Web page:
to allow all the members and especially the great powers to
consider these suggestions.
9. From subsequent conversations with Parodi we learned that his
optimism is based on a conversation with Molotov about ten days
ago. His suggestion is gaining support and seems likely to be
adopted although he will refrain from formally proposing it until
close of debate on original resolutions.
10. Canada opposed amendment but requested restrained use of veto.
St Laurent made following points-
(a) Rights and responsibilities of members of Council should be
used on behalf of United Nations as a whole.
(b) Use of veto should be preceded by statement of grounds for
(c) Veto should never be used simply because proposal does not go
(d) Council procedure should ensure that no State is judge in its
(e) Formal recognition should be given to abstention not amounting
(f) Bringing of dispute or situation to Council should be preceded
by written statement indicating how peace endangered and stating
conciliatory steps taken.
(g) Council should settle in early stages of consideration of
dispute or situation whether peace endangered.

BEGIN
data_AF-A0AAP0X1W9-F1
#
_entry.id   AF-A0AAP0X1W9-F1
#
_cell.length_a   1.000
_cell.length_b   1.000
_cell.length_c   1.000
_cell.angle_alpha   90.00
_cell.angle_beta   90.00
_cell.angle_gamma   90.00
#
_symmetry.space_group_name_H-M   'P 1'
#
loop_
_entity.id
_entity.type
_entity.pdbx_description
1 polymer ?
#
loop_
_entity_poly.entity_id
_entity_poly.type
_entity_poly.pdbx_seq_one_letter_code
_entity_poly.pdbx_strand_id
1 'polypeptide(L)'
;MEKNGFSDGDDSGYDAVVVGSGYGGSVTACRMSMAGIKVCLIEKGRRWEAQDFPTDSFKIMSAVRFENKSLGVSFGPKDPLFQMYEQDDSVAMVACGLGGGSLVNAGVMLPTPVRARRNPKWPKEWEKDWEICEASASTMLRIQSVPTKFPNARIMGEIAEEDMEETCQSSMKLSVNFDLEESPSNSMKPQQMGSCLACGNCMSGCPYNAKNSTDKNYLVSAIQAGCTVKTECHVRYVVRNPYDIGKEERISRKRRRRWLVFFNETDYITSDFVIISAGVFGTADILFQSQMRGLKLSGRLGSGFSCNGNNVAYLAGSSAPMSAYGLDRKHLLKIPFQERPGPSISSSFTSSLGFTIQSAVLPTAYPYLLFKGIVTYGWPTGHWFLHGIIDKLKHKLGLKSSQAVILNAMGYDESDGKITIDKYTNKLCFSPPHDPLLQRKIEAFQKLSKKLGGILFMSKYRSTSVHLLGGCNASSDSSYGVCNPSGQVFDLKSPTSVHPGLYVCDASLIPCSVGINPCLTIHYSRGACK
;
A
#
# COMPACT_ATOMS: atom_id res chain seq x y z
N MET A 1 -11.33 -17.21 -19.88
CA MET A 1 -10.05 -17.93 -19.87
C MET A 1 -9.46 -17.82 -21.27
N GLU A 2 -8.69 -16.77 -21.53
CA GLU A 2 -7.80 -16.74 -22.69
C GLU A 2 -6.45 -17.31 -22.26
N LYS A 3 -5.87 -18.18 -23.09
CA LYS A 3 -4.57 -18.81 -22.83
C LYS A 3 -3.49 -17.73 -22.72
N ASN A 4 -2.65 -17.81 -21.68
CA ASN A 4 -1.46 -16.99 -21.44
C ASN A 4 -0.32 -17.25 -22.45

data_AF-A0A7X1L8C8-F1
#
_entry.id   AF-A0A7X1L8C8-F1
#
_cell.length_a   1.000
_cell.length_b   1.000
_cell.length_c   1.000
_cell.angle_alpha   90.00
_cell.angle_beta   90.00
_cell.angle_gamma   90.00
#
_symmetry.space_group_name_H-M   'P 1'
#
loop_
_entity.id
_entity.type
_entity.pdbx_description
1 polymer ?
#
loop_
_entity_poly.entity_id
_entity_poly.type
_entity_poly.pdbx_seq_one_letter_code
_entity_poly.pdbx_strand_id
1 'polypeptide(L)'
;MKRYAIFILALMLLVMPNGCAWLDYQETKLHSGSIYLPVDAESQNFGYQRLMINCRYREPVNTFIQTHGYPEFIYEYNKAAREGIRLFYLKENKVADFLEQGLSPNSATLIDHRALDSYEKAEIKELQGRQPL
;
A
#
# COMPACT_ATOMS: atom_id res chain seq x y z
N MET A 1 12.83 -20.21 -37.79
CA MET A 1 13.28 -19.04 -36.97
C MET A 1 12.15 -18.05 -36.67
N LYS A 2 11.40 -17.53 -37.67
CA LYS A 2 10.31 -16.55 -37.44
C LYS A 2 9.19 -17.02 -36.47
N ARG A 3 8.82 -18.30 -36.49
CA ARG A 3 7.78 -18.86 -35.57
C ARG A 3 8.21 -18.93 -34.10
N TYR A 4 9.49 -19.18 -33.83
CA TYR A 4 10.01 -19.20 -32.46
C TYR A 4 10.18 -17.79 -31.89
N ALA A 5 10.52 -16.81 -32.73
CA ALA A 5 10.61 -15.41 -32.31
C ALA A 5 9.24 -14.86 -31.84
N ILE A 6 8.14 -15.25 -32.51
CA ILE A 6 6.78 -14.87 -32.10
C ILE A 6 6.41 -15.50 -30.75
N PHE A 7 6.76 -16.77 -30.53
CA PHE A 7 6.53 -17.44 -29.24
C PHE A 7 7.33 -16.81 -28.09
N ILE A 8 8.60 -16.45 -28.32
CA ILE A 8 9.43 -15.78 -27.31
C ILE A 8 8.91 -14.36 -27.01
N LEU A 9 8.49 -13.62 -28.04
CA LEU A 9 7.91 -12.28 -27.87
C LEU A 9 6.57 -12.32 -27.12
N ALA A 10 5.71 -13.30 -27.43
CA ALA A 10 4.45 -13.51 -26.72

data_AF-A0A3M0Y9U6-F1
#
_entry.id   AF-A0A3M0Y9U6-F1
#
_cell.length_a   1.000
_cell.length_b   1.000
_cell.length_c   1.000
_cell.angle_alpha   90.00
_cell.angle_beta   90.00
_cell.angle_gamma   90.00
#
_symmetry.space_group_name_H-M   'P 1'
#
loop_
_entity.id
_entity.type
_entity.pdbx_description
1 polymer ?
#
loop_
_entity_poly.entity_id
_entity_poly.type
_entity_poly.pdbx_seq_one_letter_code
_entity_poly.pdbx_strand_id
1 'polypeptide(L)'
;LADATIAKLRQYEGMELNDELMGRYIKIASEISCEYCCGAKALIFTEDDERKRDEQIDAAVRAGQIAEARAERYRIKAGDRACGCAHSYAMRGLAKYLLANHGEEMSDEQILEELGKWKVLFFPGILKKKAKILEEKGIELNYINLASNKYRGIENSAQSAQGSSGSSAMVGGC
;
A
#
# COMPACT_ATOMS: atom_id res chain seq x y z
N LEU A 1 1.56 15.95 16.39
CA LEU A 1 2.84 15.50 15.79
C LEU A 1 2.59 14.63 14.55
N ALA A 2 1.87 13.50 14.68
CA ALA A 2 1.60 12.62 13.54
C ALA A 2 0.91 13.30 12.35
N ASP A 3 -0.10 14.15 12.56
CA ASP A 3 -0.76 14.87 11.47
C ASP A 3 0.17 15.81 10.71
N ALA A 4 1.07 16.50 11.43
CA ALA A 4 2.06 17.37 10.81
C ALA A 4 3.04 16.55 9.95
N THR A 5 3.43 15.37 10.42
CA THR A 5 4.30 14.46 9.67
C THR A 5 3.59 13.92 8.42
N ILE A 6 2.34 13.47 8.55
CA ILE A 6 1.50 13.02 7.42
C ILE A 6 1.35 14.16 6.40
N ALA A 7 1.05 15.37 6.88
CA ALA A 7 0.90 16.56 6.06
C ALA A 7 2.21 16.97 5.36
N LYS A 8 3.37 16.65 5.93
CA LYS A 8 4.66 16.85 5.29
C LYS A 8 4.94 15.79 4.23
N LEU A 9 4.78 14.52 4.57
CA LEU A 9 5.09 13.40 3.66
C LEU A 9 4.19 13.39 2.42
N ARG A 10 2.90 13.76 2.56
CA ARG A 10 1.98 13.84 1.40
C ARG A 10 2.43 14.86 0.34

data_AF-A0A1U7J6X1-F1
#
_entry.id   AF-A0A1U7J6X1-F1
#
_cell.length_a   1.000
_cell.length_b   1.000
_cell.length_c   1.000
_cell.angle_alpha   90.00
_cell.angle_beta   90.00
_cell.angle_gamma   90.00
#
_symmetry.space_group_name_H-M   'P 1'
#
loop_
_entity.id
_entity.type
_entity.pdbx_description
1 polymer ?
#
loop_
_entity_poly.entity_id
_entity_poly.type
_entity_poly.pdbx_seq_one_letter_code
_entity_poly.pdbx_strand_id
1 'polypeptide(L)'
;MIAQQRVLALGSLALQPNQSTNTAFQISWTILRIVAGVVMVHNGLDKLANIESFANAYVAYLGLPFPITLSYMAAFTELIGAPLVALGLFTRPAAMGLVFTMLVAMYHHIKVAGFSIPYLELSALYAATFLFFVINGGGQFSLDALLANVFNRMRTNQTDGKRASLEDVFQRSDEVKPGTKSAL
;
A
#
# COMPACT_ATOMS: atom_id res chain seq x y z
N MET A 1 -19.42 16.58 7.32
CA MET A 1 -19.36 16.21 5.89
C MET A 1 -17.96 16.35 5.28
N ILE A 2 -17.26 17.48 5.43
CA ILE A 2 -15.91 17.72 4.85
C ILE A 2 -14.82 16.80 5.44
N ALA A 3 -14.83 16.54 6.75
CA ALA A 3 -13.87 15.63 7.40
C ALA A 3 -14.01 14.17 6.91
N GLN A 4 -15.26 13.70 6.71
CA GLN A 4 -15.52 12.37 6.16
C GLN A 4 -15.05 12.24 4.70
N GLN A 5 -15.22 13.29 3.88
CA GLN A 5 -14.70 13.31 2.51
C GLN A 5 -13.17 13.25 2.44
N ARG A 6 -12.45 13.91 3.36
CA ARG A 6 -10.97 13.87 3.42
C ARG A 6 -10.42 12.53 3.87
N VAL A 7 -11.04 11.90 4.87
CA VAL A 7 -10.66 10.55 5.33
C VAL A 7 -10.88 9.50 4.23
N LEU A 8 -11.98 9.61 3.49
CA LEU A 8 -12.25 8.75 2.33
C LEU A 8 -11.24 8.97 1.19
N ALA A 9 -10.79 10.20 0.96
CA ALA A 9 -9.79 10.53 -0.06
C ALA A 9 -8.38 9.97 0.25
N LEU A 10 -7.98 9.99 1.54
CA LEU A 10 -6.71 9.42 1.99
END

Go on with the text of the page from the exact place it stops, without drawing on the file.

(h) If decided that peace endangered Council should undertake
obligation to ensure prompt and effective act.
11. Uruguay opposed amendment, favoured Australian proposal but
considered French proposal should be adopted first.
12. The United Kingdom (Noel-Baker) defended the Australian
approach as carrying out duty of an elected member of the Council
to report to the Assembly on the defects of the Council. He
(a) because of regard for Soviet's strong conviction against
(b) as premature, and
(c) as not justified by the facts. He expressed the hope that
Council would be made to work by development of customary
practices. He suggested
(a) Members should try to reach agreement before commencing
(b) Absence and abstention should not amount to veto.
(c) Dispute should be defined and parties to a dispute should not
(d) Should have an agreement to ensure appointment of Commission
of enquiry where facts have to be established.
(e) New rules of procedure should be considered.
He supported the French proposal, but said United Kingdom would
only talk with other permanent members on understanding that
nothing was taken out of hand.
13. Haiti supported Cuban proposal.
14. Egypt supported proposal to define procedural matters and the
effect of absence and abstention.
15. Venezuela supported French proposal. Suggested that permanent
members should draw up rules to clarify and amplify San Francisco
16. Norway in supporting French proposal indicated that veto was
the only safeguard for great powers that no decision was made in
conflict with their vital interests. Only alternative was to leave
17. Denmark stated that the cause of Council's difficulties was
not the veto but political differences. Expressed support of
French or any similar proposal.
18 Committee meets again Monday afternoon when French proposal
will be voted on first. If adopted voting on other resolutions
will be deferred until debate is resumed.